Frustrated With the Big XII Bowl Selection Process?
“Frustrated.” “Slighted.” “Snubbed.” Those awords describe the feelings many Missouri fans, adminstrators, players, and coaches have towards Mizzou’s selection to play Navy in the 2008 Texas Bowl. The Texas bowl gets the last pick among the bowls affiliated with the Big XII conference and a 6-6 Iowa State program, a program that 8-4 Missouri beat, got picked ahead of Mizzou to go to the Insight Bowl.
Moreover, Mizzou finished with a better record than Oklahoma (7-5) and the bipolar Texas A&M Aggies (6-6) but got picked after them. No doubt the relative strength of the South division over the North division was a determinant of OU’s and aTm’s being selected ahead of an 8-4 North division team.
It’s the third year in a row that Mizzou interests felt jobbed by the bowl selection process. Despite finishing in first place in the 2007 North division, having carried a number one ranking for one week at the end of the season, and having beaten Kansas head to head, Kansas got the BCS at-large berth. Yes, Mizzou had one more loss but it also played one more game, that being the the honor of getting whupped by Big XII champion Oklahoma (Mizzou lost twice to Stoops’ boys that year – they also lost to OU in the regular season).
Snubbed by the Orange Bowl, Missouri went on to destroy Arkansas in the Cotton Bowl where 35,000 Mizzou fans partied hard in the cold sun in the Metroplex.
In 2008, Mizzouri once again won the north, got pummeled by OU in the Big XII championship crushing Nebraska handily in Lincoln 52-17 earlier that season.
These are not the first instances of a Big XII team getting bumped down a notch in the selection process. In 1998, Kansas State came into the Big XII championship game ranked second in the AP poll. The Wildcats were loaded on both sides of the ball and were headed to the BCS championship game with a win over Texas A&M. It didn’t work out that way as KSU lost a two-overtime shocker to the tenth-ranked Aggies.
But instead of an at-large berth in the BCS, the 3rd ranked ‘Cats fell all the way to the Alamo Bowl where they lost to unranked but Drew Brees-led Purdue Boilermakers 37-34. Watching that game, it was pretty clear to this observer that Kansas State, with one of the best and most well-rounded teams in college football, was playing as if it didn’t want to be there.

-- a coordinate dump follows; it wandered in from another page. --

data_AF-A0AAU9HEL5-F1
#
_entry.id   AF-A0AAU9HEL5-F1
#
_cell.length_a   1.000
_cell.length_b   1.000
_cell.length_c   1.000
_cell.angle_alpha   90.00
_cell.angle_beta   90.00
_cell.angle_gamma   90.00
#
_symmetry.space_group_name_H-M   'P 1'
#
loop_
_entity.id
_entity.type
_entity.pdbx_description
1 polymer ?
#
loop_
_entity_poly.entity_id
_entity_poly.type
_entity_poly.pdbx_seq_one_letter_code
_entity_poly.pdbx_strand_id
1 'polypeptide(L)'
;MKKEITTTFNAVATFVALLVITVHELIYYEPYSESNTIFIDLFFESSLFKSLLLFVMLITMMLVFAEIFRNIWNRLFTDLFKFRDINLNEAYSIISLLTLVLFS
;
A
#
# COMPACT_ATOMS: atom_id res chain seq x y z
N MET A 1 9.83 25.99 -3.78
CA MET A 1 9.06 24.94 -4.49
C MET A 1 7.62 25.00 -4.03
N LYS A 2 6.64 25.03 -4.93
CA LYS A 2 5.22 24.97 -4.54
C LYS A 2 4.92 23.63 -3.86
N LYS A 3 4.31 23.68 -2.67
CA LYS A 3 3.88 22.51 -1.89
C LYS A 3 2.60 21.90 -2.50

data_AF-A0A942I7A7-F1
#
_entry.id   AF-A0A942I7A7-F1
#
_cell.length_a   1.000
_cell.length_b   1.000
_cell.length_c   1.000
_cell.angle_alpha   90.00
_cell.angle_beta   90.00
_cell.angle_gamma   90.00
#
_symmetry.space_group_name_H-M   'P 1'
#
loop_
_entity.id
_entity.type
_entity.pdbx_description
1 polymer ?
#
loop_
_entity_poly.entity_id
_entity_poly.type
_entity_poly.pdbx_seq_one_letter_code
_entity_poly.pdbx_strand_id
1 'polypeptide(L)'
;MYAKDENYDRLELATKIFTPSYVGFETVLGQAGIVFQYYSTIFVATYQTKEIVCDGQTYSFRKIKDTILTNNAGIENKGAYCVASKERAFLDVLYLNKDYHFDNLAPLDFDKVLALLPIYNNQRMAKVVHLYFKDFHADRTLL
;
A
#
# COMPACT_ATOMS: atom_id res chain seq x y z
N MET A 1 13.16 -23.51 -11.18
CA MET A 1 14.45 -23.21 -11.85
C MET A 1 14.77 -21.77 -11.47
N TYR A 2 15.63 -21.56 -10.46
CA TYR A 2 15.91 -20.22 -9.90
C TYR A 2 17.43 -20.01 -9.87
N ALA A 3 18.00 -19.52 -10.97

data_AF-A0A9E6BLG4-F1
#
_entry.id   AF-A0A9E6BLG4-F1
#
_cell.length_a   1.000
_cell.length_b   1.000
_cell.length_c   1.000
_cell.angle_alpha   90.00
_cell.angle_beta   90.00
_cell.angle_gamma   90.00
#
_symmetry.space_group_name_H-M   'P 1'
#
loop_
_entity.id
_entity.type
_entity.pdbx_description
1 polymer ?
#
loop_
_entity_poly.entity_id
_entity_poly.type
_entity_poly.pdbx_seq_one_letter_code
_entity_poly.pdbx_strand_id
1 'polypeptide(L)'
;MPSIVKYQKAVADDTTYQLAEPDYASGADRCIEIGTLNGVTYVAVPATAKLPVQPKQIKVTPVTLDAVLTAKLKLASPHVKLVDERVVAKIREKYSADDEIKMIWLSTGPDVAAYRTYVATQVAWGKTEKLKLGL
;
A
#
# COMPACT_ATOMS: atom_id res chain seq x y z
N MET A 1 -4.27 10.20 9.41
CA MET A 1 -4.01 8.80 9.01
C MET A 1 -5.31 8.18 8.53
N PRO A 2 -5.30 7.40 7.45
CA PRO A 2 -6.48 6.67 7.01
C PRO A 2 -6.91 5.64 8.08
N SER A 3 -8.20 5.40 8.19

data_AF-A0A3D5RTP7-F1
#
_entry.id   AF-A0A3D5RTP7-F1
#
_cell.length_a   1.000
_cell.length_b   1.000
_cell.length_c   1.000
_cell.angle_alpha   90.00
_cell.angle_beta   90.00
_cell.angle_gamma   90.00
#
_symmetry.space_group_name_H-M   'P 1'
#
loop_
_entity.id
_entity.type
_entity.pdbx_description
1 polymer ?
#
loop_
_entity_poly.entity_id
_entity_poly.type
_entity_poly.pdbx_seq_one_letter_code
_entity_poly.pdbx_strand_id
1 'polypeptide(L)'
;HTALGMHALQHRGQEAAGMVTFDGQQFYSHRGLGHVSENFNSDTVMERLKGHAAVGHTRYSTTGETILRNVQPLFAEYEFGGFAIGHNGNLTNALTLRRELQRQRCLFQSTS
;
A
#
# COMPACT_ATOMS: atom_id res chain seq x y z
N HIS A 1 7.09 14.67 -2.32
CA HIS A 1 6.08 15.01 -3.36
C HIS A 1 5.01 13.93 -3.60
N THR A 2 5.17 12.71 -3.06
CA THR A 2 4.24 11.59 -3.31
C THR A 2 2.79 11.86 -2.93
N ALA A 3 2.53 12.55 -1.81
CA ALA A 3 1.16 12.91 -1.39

What’s got Mizzou fans in particular and North Division fans outside of Nebraska concerned is the conference’s bowl selection process, a process that probably won’t be changed anytime soon. The Big XII has outsourced its selection process to the bowls themselves and other than the BCS invitations, the bowls can pick whatever team they want to pick as long as that team is bowl-eligible. Four of the bowls are in Texas, which works out rather well for the Texas and Oklahoma schools in the conference. Add to that the well-traveling Nebraska fans who are coveted by every bowl and you have 7 of the 12 schools that are happy with the current selection process.
Perhaps we could call it the NebOkieTex conference? But I digress.
For this year’s selections, Mizzou’s situation is like being the last kid picked on the playground. The bowl’s payout is nearly half of the next-lowest paying bowl ($612,500 compared to the $1.1 million payed by the Independence Bowl (source)). The Texas Bowl’s estimated expense allowance is $500,000 less than the Insight’s (source). The Mizzou administrators have a reason to be frustrated for cash flow reasons.
But I’m not so sure that Mizzou fans, players, and coaches should feel slighted, snubbed, frustrated, etc.. Both the Insight and Texas bowls are New Year’s Eve bowls. There are more Mizzou alumni in Texas than in Arizona. Moreover, the game is more accessible on television since the Texas Bowl is broadcast on ubiquitous ESPN where the Insight Bowl is broadcast on the not-so-ubiquitous NFL Network. In addition, Mizzou recruits Texas heavily
I know the bowl system has suffered a sort of grade inflation with so many games being played and where mediocrity is awarded over merit. We’ll probably never know about the “intense lobbying efforts” that go on behind closed doors for these bowl slots and I realize it’s about the benjamins. That is, it’s about the determinants of the overall demand for each game: the absolute and relative quality of the matchup, any feelings of rivalry the two schools’ fans have, the willingness and ability of fans to travel, etc.
But it’s a bowl game and the Tigers, and all other programs that feel slighted for one reason or another in NCAA FBS football, could be doing what many other teams and their fans will do this year: stay home for the holidays.